Meals have different rarities and values. Pancakes and eggs are cheap, steaks are expensive. Tables which ask for steak will tip more. Often you want to claim these high tip value tables, even though it may be harder to collect the meal cards to fulfill them. Some meal cards are jokers. These are normally snapped up quickly.

When two meal card decks run out, you take a short mid-game break. You shuffle the remaining deck together with the discard pile, then create three new meal card decks for the second half of the game. The next time two meal card decks run out, the game ends. You score points for tables fully served, and lose points for any tables still waiting for their meals.

We used an optional rule when we played. If all action tokens get stuck with a single player, which means he has been particularly slow in taking actions, the player to his left may take one of his action tokens. This optional rule helps keep the game going, and also creates some tension. No one wants to be the slow poke.

The Play

Playing Diner is a hectic affair. I'm always watching out for table cards I want and meal cards I need. I don't have time to pay attention to what others are doing, what they want, what they need etc. Maybe I'm still new, and if I play more, I may be able to watch my opponents better. Even without watching them closely, there is enough competition and tension. Normally everyone wants the higher valued tables and meals. Certainly everyone wants those jokers. You don't need to analyse your opponents' play areas to know they want a joker. Even if they don't need it, they'd take it to deny others.

When you already have a few tables before you, you need to be more careful when claiming cards. Claiming too many tables is risky. You don't want to get penalised at game end for not serving all your customers. Also you want to avoid wasting actions claiming meal cards you won't get to use, even if they are expensive meals.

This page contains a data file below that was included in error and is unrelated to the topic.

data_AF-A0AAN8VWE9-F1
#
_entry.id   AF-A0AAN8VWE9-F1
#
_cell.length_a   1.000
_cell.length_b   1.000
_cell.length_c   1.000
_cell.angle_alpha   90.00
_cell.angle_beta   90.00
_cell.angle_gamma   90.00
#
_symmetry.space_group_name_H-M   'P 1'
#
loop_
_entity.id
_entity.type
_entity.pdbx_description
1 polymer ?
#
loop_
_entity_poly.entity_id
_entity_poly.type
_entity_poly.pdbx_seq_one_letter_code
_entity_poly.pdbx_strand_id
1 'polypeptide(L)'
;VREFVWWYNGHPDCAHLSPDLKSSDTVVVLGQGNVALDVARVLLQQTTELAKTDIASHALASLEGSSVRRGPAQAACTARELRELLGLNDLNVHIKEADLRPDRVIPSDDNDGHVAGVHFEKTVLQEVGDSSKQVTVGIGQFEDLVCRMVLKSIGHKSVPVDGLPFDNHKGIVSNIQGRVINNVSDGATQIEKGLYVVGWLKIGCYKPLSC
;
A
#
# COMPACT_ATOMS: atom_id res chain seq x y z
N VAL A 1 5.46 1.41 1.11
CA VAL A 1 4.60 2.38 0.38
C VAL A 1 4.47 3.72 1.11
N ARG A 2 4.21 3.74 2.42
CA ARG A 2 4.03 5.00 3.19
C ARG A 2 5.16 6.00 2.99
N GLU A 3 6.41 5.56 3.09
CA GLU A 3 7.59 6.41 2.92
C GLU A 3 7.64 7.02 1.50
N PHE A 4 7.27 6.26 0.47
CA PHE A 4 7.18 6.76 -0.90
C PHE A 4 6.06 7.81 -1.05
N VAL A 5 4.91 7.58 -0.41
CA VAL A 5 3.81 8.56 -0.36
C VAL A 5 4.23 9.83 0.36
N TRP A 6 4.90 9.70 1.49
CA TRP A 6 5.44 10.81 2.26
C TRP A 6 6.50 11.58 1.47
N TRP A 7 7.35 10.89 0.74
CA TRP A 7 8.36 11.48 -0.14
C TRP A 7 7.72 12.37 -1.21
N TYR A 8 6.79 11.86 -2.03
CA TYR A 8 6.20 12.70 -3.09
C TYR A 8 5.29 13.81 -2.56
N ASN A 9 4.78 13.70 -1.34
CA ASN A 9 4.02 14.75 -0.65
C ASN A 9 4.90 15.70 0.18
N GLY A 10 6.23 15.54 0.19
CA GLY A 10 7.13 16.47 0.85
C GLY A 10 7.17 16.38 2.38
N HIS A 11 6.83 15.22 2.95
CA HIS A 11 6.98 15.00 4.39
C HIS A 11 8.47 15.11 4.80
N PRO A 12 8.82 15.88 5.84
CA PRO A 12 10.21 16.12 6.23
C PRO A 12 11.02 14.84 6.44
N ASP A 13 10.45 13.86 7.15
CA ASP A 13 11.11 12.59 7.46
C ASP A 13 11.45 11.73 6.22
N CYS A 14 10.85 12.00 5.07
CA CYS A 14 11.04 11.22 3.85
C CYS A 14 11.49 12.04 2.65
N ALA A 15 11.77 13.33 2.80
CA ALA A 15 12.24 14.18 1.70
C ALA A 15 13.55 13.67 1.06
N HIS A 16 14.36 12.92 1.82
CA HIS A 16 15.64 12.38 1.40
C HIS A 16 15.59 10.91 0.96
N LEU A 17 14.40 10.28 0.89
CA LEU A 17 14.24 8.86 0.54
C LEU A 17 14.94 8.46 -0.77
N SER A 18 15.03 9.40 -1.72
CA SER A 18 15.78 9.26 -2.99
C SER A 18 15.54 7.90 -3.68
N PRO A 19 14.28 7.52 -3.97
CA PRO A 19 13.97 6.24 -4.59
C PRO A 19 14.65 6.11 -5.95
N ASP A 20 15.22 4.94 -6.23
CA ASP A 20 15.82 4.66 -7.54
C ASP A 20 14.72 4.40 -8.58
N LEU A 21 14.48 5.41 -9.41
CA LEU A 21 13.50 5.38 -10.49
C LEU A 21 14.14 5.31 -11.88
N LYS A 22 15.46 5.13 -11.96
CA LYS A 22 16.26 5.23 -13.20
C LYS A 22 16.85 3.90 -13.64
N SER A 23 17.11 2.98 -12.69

I found that the children were able to play competitively. I had no advantage over them at all. My much richer experience in boardgames did not give me any edge. There is not a lot of strategy in this game. It is all about being watchful and being quick. A game lasts around 10 minutes. Maybe less. After we finished a game, I suggested trying another card game. As I started explaining the rules of the next game, the children became impatient and said why not just play Diner again. So we did. We eventually played three games, and each of us won once.

The Thoughts

To veteran boardgamers, Diner is nothing to write home about. If I were to read a blog post about it, I wouldn't buy it. Now that I have played it, I don't see myself itching to play again. However I can imagine situations where I would suggest it. Diner will work well as a party game. It is easy to teach, and new players can be competitive quickly. It is suitable for casual gamers and non gamers. They will feel they can achieve mastery easily, and that's a positive experience. It's a gateway game - it looks simple and unintimidating. The real-time nature makes it automatically engaging. It's a good travel game too - compact and simple.

No comments: